Writing HID drivers

In case the options provided by the subdriver system are for any reasons not satisfactory, or if the implementor does not wish to leave the polling to the libusbdev library, it is also possible to write a whole separate driver for any kind of HID device, with the help of the USB HID library. In such case, the driver must specify the match IDs (see conventions) appropriately, so that it will be launched by the DDF.

A simple example is the mouse driver mentioned in the previous chapter.

Writing USB host controller drivers

The most common USB 1.1 host controllers follow UHCI or OHCI specification and are supported by the implemented drivers. However, it is not forbidden to use different host controllers that do not comply (partially or at all) with those specifications, these would require a specific host controller drivers. This chapter presents a simple how-to manual and uses EHCI host controller as an example.


EHCI brings support for high speed signalling on USB bus. If the ability to mix USB 2 and USB 1.1 devices on one bus is not required, it is fully possible to use USB 2 devices in the current state of USB support for HelenOS, once EHCI driver is implemented.

DDF and initialization

A host controller device is usually a PCI device, thus it is necessary to know its assigned vendor and product id. This device provides functionality for both host controller and root hub. EHCI shares status register and interrupts between host controller and root hub, thus it will need to emulate USB hub and handle USB requests using device register access. EHCI driver will need to initialize USB bus driver structures (usb_device_keeper_t and usb_endpoint_manager_t) as well as its local structures that can be found in EHCI specification in chapter 3.

Root hub

Root hub function will be at the top of USB device hierarchy and it needs to implement usb_iface_t interface. This interface is defined in <usb_iface.h> in libdrv. It consists of three functions:

  • get_address is used to map device handle to assigned USB address, the root hub implementation will have to access host controller structures directly or forward this call to the host controller function.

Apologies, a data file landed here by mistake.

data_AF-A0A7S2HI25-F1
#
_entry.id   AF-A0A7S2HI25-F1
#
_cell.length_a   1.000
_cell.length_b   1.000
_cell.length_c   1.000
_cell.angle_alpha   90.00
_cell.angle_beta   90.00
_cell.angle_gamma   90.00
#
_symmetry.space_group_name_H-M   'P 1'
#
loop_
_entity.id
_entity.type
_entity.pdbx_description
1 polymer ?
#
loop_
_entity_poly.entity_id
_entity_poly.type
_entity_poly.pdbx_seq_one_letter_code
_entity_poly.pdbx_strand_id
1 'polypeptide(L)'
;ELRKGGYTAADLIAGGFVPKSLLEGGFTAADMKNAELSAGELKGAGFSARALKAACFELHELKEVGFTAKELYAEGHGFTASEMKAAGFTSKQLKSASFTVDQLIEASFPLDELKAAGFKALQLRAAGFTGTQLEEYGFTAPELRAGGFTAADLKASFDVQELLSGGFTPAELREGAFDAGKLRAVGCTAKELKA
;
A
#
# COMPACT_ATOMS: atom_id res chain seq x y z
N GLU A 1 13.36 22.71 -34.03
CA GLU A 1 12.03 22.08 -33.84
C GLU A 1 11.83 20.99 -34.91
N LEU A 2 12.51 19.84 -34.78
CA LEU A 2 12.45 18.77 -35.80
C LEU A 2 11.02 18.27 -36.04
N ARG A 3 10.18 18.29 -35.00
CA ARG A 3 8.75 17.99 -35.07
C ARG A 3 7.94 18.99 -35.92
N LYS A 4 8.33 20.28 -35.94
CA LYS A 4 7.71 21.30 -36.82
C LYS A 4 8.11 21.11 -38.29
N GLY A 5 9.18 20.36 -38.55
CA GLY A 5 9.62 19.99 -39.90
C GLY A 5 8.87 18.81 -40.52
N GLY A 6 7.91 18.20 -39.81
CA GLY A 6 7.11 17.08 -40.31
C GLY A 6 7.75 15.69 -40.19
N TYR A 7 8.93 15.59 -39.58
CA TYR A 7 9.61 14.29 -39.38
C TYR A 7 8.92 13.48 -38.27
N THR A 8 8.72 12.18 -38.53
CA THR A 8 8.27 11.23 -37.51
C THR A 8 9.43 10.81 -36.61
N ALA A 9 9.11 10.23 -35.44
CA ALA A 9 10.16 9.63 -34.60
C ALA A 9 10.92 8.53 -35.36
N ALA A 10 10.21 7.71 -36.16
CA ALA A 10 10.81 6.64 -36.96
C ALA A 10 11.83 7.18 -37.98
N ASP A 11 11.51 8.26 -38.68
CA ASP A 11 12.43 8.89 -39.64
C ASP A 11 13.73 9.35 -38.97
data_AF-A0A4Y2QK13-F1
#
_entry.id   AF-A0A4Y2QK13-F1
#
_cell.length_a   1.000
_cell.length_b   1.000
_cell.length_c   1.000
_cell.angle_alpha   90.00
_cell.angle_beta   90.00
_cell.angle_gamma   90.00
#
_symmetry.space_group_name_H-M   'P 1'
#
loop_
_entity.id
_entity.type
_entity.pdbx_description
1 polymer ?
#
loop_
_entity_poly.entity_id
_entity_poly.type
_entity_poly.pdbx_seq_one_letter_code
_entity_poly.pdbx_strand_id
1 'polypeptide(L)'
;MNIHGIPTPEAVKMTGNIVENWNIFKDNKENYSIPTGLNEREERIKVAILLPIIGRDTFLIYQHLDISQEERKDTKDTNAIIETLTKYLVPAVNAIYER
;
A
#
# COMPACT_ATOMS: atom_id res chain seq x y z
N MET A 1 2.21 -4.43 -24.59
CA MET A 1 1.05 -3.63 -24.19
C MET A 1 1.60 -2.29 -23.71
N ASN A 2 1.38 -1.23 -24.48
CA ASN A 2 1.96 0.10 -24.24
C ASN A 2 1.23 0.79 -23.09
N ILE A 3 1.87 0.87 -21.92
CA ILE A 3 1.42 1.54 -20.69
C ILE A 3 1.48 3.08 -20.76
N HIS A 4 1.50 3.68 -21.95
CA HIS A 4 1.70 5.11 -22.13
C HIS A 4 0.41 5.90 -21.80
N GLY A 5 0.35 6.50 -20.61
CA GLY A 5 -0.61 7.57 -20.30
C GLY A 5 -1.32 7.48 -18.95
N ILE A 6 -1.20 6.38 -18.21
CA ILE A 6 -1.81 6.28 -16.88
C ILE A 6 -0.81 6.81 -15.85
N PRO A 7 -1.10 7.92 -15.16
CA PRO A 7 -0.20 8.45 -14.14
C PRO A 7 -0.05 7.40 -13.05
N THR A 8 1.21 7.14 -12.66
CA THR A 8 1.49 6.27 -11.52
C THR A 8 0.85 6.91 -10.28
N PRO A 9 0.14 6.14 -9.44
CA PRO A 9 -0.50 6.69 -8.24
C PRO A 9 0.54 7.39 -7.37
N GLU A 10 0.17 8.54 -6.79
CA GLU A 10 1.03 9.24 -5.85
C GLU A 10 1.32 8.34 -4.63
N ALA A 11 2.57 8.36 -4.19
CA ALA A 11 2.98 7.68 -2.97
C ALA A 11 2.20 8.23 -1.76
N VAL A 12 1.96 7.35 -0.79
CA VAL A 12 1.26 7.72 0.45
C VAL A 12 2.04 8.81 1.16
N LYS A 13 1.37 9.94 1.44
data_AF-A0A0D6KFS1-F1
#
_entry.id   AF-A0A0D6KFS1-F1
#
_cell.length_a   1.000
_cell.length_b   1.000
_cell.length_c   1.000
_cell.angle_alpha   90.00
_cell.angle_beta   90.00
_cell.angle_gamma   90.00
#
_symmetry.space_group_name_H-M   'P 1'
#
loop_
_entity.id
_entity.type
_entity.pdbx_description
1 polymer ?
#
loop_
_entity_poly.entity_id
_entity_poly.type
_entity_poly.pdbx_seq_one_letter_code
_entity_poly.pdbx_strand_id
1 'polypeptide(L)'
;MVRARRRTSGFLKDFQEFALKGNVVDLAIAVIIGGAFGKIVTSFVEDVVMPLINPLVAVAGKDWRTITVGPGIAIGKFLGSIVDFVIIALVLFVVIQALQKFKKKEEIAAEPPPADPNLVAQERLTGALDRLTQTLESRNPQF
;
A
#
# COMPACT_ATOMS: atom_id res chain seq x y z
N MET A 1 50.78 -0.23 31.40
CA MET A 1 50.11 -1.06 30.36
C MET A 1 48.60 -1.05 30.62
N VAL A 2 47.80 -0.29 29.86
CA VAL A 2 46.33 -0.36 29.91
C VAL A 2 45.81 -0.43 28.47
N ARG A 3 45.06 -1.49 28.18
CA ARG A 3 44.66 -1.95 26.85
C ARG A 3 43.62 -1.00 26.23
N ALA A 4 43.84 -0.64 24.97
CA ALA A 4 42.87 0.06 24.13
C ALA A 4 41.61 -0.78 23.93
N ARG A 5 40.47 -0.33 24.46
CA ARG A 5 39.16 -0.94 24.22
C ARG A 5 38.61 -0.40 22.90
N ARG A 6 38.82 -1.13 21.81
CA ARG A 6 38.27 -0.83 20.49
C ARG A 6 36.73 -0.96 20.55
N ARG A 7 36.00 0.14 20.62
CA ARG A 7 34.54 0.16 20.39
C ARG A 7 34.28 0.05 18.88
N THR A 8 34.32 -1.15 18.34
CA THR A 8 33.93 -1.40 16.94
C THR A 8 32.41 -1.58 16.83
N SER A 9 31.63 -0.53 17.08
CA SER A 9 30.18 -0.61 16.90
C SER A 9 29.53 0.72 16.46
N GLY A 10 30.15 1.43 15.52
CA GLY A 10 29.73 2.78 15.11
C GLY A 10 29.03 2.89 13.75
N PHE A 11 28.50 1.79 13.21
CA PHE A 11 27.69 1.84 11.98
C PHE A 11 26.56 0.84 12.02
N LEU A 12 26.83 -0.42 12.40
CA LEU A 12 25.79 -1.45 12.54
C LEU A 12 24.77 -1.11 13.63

• get_interface is used by multi-interface devices and does not have to be implemented.

  • get_hc_handle is used to gain direct access to the host controller. Root hub’s implementation should return handle of its sibling function.

USB bus driver back-end

Host controller interface is defined in <usbhc_iface.c> in libdrv. Functions in this interface can be divided into two categories, the first one can be called USB bus driver back-end functions: * request_address is called when a new address for a new device is needed. * bind_address binds used USB address to devman device handle. This connection is used by the driver to get its USB address and by usb utilities to query devices based on drivers. * find_by_address provides information about device address to driver mapping. * release_address returns address requested by request_address. It may be caused by device initialization failure, or device unplugging.

All functions that manipulate addresses should be handled by usb_device_keeper_t in the EHCI driver.

  • register_endpoint registers pipe back-end.

  • unregister_endpoint unregisters pipe back-end.

These two functions should be handled by usb_endpoint_manager_t. As there is no per endpoint EHCI specific data structure, the driver does not need to add any special functionality to this calls.

Host controller data transfers

The other part of usbhc_iface_t interface handles data transfers:

  • interrupt_out

  • interrupt_in

  • bulk_out

  • bulk_in

  • control_write

  • control_read

All these functions are similar. They need to setup internal memory representation of the requested transfer and enqueue this representation into internal schedule.


Using EHCI driver implementation mentioned in this chapter it will be possible to use high speed devices. It will not be possible use USB 1.1 devices connected to high speed hubs. This feature requires utilization of Transaction Translation features and more extensive changes to the USB framework.

Appendix A: User documentation

HelenOS USB subsystem brings support for USB devices into HelenOS, a micro-kernel multi-platform operating system. This manual describes its capabilities and additional tools for the HelenOS user.

Supported platforms

Currently the HelenOS USB subsystem was tested on IA-32 and AMD-64 platforms. Any current PC should be able to use it, unless its USB chip fails to meet USB requirements specified by USB specification.

How to get HelenOS

HelenOS can be downloaded either in form of source files or binaries. The easiest way to get HelenOS run is to download binary for your platform from official HelenOS web site
(in most cases in form of bootable CD image) and depending on the form of the binary either use it as a machine image for target platform emulator or write it on a compact disk and boot the system from the CD